115. One big difference is that you typed that and no one is banging down on your door and taking you off to jail. I’m sure you’ll reply with “not yet” so I’ll save you the trouble and just add that on here.

    Edit: I was not defending the NSA yesterday. I am one who believes a government has to do what it has to do sometimes, but should be open and honest with the people about it to the greatest extent possible. But apparently, that makes me a supporter of their current actions.

  116. jomicur says:

    That was pretty clear. I just wanted to take the opportunity to re-emphasize the point, that’s all.

  117. condew says:

    Pity that with all this information floating around, we still haven’t uncovered the web of corruption and insider trading on Wall Street, and still not one bankster has gone to jail. I’d think phone call data would be ideal to track who got the inside scoop just before they made an amazingly profitable trade.

    FBI, DEA, Homeland Security, and the IRS are the government agencies whose job is to spy on Americans who are breaking the law. I’m really surprised it wasn’t the FBI demanding data from the phone companies.

    In the end, if the phone companies were not legally permitted to retain this data, there would be no data to pass around.

  118. nicho says:

    I think I posted it in a response here, but I can’t remember where I saw it.

    On Edit: Aha, here it is.

    US Spy Operation manipulates social media

    Military’s ‘sock puppet’ software creates fake online identities to spread pro-American propaganda

  119. BeccaM says:

    I’d recommend sharing that story with Gaius. I’m sure he’d find it interesting fodder for a future column.

  120. BeccaM says:

    As near as I could tell, there were just one or two people speaking in defense of the NSA data-mining-and-warehousing operations. Although the discussions were occasionally heated, for the most part they remained civil.

    Yet there were barrages of down-votes, especially if a certain politician’s name came up, yet with no comments made.

    That says to me it was bots and/or sock puppets. It wouldn’t be the first time it’s happened here.

  121. nicho says:

    So, we are finally waking up to the fact that World War Three is over. They didn’t use bombs — well sometimes. They used phony financial instruments, toxic mortgages, crushing debts. They used “terrorist attacks” as a pretext for implementing openly a spy program unparalleled in human history. They coprporatists have won. It’s just that most people are unaware of it.

  122. nicho says:

    I read a story about it just the other day. They have bots that go to sites and either spread the propaganda or just disrupt conversations.

  123. Indigo says:

    I hadn’t thought of that but it makes sense.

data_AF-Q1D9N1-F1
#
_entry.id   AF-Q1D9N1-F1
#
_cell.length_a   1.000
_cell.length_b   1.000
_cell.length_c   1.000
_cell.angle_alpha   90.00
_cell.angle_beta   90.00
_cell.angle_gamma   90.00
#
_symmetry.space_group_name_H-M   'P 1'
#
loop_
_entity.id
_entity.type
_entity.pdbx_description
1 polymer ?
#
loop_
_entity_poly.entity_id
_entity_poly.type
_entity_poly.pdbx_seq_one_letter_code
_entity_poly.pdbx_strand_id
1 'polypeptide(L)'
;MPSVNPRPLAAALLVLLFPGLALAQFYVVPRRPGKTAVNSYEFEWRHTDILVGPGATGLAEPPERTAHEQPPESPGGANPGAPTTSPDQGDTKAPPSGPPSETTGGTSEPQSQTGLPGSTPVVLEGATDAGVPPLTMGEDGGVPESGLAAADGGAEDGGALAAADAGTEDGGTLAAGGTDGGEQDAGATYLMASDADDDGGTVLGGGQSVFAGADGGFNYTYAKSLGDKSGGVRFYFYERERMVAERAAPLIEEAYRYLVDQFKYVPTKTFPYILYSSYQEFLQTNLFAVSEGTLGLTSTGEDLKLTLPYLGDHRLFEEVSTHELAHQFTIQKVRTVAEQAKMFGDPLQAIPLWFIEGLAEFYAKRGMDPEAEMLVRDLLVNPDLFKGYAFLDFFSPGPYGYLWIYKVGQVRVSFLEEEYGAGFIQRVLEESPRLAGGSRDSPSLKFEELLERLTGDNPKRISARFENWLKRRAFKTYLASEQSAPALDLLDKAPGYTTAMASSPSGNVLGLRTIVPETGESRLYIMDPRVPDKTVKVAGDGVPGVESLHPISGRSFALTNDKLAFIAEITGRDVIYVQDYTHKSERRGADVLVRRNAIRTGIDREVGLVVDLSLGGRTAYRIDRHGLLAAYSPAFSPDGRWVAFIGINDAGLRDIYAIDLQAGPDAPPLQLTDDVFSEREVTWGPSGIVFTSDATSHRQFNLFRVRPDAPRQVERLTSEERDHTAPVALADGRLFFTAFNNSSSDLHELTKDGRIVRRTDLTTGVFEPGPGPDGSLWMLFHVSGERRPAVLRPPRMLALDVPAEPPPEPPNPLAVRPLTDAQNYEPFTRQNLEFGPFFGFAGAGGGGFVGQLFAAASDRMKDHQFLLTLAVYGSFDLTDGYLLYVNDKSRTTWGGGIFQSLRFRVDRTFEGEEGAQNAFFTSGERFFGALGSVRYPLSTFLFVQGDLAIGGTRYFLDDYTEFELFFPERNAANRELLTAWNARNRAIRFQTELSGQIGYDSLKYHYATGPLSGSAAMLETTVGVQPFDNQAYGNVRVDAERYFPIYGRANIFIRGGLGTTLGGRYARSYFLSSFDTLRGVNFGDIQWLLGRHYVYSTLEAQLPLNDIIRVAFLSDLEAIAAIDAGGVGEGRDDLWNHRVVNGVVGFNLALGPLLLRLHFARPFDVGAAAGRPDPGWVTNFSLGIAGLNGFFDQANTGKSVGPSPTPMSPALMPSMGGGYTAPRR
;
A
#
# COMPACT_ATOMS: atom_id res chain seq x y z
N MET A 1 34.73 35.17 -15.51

124. Indigo says:

    We can stop tracking the sources now. What we’ve got on our hands is a vast data base built up from many sources with more information than ever previously available. Kewl, huh? I don’t think so, actually, but reversing this trend is on a par with reversing climate change. It ain’t gonna happen. So here we are. Coping tactics include: denial, anger, depression, bargaining, acceptance. Moving past acceptance (in the sense of here-we-are) the question becomes Now What? The aluminum foil hat has been around for many decades but is, whether actual or metaphorical, ultimately foolish. Ditto the UFO-ologist response.

    So we adjust, we change our personal filing systems, we lower our profile where possible (Google allows a semi-ritual drop out option), we pay cash rather than card, and we get about our little lives the way we always have. For further hints on living the life in a totalitarian surveillance state, read any of the astonishing novels of Garcia Marquez or the delightfully deceptive short stories of Borges. South American literature is miles ahead of us in talking about the wonders of life under a dictator. We have much to learn. Meanwhile, the anti-gay pogrom in Russia continues to be ignored by our Betters.

  125. Hue-Man says:

    I think they are more like the East German Stasi – everybody spies on everybody else, co-workers, kids on parents, people in the same apartment building, etc. The NSA/Stasi gets your porn-searching history and threatens its release unless you supply information on their targets – DEA, FBI, state and local police, mega-business. Lawyer/client privilege flies out the window, ditto doctor/patient, etc.

    Instead of the Stasi’s 1960s snooping technology and paper files, the NSA has massive investments in high speed computers to make the process nearly automatic (unlike Veterans who die because the TRS80s don’t have enough vacuum tubes).

    I like to imagine today’s Snoop Industrial Complex with J. Edgar Hoover in charge in order to get some sense of the abuse that can be – and presumably is being – brought on ordinary citizens. (No, I’m not paranoid and have never worn an tin-foil hat. This story goes from one unbelievable revelation to another.)

  126. nicho says:

    I think many of the downvotes are just bots (real bots). They can’t and won’t explain anything. The NSA has developed bots that create phony personas to post on sites like this.

  127. jomicur says:

    Could someone who gave all those down votes to my comments yesterday please explain why the NSA is NOT the American version of the KGB? I’ve tried, and I can’t see much difference.